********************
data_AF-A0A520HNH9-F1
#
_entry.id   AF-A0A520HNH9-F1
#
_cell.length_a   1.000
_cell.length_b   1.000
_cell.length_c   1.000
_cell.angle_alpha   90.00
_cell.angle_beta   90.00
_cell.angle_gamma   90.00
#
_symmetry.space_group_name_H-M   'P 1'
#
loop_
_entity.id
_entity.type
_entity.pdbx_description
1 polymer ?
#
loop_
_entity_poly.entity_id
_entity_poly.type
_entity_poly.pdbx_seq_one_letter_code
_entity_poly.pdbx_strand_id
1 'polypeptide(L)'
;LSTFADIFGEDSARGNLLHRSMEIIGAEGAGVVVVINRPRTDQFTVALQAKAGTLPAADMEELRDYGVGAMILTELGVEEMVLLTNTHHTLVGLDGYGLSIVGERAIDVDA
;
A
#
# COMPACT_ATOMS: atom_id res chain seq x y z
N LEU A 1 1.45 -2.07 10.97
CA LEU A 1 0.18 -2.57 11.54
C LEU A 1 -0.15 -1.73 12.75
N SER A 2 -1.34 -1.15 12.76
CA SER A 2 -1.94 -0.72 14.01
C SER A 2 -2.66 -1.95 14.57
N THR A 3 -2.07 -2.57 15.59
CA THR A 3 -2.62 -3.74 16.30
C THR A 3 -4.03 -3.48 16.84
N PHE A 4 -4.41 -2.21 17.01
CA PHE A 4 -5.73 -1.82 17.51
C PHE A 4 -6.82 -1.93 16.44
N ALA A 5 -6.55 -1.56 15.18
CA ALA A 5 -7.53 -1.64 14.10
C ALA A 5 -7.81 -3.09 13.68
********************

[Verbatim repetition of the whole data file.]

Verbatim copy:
data_AF-A0A520HNH9-F1
#
_entry.id   AF-A0A520HNH9-F1
#
_cell.length_a   1.000
_cell.length_b   1.000
_cell.length_c   1.000
_cell.angle_alpha   90.00
_cell.angle_beta   90.00
_cell.angle_gamma   90.00
#
_symmetry.space_group_name_H-M   'P 1'
#
loop_
_entity.id
_entity.type
_entity.pdbx_description
1 polymer ?
#
loop_
_entity_poly.entity_id
_entity_poly.type
_entity_poly.pdbx_seq_one_letter_code
_entity_poly.pdbx_strand_id
1 'polypeptide(L)'
;LSTFADIFGEDSARGNLLHRSMEIIGAEGAGVVVVINRPRTDQFTVALQAKAGTLPAADMEELRDYGVGAMILTELGVEEMVLLTNTHHTLVGLDGYGLSIVGERAIDVDA
;
A
#
# COMPACT_ATOMS: atom_id res chain seq x y z
N LEU A 1 1.45 -2.07 10.97
CA LEU A 1 0.18 -2.57 11.54
C LEU A 1 -0.15 -1.73 12.75
N SER A 2 -1.34 -1.15 12.76
CA SER A 2 -1.94 -0.72 14.01
C SER A 2 -2.66 -1.95 14.57
N THR A 3 -2.07 -2.57 15.59
CA THR A 3 -2.62 -3.74 16.30
C THR A 3 -4.03 -3.48 16.84
N PHE A 4 -4.41 -2.21 17.01
CA PHE A 4 -5.73 -1.82 17.51
C PHE A 4 -6.82 -1.93 16.44
N ALA A 5 -6.55 -1.56 15.18
CA ALA A 5 -7.53 -1.64 14.10
C ALA A 5 -7.81 -3.09 13.68